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7 things you can only do in Berlin

Step away from Berghain and embrace the unusual with our guide to Berlin’s most unique experiences

spanische turisten in berlin. modelle: (weeiblich) tina Tabiei Razligh, (männlich) Ricardo Grijalva Russelmann
Philip Koschel
By Duncan Madden |

It’s the same if you’re visiting any big city. You’re confronted by tons of extraordinary architecture and giant tourism-baiting attractions with not enough time to see everything. And that means it’s tough not to follow the well-trodden routes of a billion holidaymakers before you. Berlin is no different – whether you’re climbing the Reichstag or getting your culture on at Museum Island, there are plenty of big sights to see.

But take a breath and dive in a bit deeper: you’ll lay bare a cultural hotchpotch of the weird, wonderful, gritty and sophisticated. Step out of tourist town and you’ll find each kieze – or neighbourhood – has its own distinct approach to, well, everything…

Stadtbad Neukölln-Große Halle
Berliner Bäder-Betriebe

Get naked in the Stadtbad Neukölln

Shed your inhibitions alongside your clothes with some naked spa action in Berlin’s most beautiful bathhouse. For more than 100 years the Stadtbad Neukölln has invited proponents of freikörperkultur (literally ‘free body culture’, the German version of nudism) to soak their sins and sorrows away in its Russian-Roman and Greek pools, saunas, steam rooms and Jacuzzis. If you’ve had a long night and don’t mind the sight of the bumps and wobbles of Berlin’s natives bearing all, there are few better places to wipe away a hangover. Just don’t forget your towel.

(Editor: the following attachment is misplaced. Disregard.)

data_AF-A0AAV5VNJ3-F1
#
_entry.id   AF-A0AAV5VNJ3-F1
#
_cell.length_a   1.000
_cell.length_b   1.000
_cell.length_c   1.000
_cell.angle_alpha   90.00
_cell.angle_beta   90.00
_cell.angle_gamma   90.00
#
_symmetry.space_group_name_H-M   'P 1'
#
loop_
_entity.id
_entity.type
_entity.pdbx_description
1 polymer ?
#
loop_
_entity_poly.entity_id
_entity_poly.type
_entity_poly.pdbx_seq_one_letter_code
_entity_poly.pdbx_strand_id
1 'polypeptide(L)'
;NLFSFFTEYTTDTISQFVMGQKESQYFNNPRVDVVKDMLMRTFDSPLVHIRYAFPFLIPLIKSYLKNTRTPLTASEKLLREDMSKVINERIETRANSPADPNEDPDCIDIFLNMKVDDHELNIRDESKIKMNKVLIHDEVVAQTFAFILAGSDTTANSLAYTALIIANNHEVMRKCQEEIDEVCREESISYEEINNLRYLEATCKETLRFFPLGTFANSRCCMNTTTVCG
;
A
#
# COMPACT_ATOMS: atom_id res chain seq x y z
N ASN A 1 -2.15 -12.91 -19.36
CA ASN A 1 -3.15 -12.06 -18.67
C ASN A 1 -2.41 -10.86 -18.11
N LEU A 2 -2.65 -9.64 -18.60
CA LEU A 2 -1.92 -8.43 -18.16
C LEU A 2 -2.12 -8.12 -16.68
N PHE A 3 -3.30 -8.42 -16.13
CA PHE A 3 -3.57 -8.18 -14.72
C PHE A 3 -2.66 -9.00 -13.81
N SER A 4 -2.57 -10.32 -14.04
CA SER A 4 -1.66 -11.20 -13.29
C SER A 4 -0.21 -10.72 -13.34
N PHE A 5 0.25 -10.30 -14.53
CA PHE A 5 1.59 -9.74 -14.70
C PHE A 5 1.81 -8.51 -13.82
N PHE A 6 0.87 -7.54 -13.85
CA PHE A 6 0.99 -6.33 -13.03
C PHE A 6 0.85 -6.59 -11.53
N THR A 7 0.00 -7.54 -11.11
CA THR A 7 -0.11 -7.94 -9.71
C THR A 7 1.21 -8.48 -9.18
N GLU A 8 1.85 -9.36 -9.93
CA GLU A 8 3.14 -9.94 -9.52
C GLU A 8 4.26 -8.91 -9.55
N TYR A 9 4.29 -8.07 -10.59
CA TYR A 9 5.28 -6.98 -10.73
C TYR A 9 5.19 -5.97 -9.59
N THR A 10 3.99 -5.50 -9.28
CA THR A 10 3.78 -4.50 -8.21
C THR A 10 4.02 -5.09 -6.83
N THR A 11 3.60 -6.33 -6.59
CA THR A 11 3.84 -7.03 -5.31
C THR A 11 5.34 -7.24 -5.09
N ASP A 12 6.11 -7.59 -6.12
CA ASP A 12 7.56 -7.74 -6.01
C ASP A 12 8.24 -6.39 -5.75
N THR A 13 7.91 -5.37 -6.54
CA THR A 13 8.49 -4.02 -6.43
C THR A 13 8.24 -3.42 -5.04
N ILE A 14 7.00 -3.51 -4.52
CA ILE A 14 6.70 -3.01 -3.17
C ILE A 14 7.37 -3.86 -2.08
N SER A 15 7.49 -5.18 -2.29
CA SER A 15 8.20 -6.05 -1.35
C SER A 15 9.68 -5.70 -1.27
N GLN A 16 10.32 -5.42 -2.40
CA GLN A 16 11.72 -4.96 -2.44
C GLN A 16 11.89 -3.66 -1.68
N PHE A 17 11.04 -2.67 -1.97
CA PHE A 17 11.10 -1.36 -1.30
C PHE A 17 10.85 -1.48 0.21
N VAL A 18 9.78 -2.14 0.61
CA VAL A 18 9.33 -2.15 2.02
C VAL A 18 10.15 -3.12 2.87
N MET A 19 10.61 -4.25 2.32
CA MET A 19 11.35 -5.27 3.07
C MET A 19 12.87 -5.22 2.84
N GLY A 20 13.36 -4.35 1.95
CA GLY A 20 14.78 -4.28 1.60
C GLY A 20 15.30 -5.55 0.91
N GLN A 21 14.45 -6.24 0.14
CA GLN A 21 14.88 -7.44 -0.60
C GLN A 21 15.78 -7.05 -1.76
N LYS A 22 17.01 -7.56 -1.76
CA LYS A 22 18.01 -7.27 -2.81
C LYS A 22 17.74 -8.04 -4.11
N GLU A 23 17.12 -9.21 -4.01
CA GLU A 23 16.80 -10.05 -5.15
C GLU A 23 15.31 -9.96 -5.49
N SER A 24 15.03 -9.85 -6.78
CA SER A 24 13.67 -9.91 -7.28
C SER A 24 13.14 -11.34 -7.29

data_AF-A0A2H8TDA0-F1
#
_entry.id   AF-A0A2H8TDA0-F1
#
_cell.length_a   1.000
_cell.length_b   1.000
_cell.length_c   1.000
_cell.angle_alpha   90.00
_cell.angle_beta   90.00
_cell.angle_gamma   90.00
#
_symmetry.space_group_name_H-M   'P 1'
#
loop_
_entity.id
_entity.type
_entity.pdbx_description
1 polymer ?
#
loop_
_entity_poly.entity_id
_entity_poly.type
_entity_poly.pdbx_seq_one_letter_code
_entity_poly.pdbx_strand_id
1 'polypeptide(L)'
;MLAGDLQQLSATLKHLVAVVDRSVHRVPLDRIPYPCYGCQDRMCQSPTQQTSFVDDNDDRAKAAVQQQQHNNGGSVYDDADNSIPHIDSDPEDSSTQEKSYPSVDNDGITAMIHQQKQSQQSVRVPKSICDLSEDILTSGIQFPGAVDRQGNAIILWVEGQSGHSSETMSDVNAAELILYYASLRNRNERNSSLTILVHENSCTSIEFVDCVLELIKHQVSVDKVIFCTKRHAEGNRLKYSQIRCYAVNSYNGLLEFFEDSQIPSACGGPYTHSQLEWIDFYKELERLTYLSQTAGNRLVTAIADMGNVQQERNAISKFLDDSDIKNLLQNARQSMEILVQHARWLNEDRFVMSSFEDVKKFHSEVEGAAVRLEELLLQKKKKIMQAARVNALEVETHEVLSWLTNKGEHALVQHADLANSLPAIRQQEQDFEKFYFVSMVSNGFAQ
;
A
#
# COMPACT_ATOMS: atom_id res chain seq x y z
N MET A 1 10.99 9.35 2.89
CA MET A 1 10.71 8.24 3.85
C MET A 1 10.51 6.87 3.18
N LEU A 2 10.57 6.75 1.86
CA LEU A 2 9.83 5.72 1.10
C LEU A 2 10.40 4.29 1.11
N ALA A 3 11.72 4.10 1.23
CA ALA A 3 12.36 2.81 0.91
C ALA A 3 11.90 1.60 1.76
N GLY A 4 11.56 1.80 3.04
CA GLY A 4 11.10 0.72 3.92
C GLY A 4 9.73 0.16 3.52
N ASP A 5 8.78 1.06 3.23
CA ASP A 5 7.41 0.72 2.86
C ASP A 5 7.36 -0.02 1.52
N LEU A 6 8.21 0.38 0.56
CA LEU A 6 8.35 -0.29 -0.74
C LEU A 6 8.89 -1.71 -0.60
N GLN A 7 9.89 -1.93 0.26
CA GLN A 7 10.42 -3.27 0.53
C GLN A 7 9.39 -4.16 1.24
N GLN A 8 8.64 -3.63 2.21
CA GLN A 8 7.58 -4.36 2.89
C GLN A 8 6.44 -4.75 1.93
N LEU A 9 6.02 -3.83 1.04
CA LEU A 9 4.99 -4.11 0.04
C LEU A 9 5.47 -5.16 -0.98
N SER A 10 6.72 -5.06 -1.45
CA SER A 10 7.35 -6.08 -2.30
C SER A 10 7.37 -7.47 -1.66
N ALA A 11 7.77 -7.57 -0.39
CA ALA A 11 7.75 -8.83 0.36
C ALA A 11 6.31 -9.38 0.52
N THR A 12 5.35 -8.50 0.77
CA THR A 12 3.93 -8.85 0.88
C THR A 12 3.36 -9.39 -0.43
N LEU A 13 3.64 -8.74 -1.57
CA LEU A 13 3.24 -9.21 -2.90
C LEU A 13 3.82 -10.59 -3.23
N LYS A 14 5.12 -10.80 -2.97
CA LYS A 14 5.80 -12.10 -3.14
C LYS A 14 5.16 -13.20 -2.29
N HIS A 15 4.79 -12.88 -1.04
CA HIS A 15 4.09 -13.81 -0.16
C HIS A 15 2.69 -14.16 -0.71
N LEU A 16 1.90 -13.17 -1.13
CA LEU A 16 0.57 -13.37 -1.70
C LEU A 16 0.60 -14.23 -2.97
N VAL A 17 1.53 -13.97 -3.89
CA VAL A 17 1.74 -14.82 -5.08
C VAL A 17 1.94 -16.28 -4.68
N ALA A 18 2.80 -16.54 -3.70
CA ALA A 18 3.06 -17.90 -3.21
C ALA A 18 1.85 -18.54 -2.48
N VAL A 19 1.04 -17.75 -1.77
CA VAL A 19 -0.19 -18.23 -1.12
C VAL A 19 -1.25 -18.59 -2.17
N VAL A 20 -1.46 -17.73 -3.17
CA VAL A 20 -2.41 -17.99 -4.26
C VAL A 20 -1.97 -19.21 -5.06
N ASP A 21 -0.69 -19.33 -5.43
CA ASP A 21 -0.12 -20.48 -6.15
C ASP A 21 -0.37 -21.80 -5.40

Photo: Berliner Bäder-Betriebe

Urban Nation, Berlin
Nika Kramer

Brush up on your graffiti at Urban Nation

Love it or hate it, much like currywurst and street drinking there’s no escaping graffiti in Berlin. There’s no cultural divide either – you’ll see the same tags, artworks and middle-finger-to-the-world slogans daubed on the socialist blocks of the hipster Friedrichshain borough or the family-friendly playgrounds of Prenzlauer Berg. Makes sense then that it’s home to the world’s first museum entirely dedicated to graffiti and street art. Celebrating (and controversially for some, legitimising) the work of everyone from Blek le Rat to Ron English (and no doubt the odd bit of Banksy), Urban Nation in Schöneberg is open Sunday to Tuesday and it won’t cost you a single cent.

Photo: Nika Kramer

Gedenkstätte Berliner Mauer
Dagmar Schwelle

Bike the Berlin Wall

This January marked a pretty mindblowing statistic: the Berlin Wall has now been down longer than it was up. And what better way to celebrate German fave the Hoff’s biggest achievement than by renting a bike and cycling The Berlin Trail, a double row of cobblestones that mark its course through public roads for 160km around the city. If you don’t want to rent a clunky DeutschBahn bike, most shops rent better options for around €10 a day. Kick things off at the East Side Gallery to see the sole section still standing, and daubed with iconic artworks, then go as far as your legs will take you.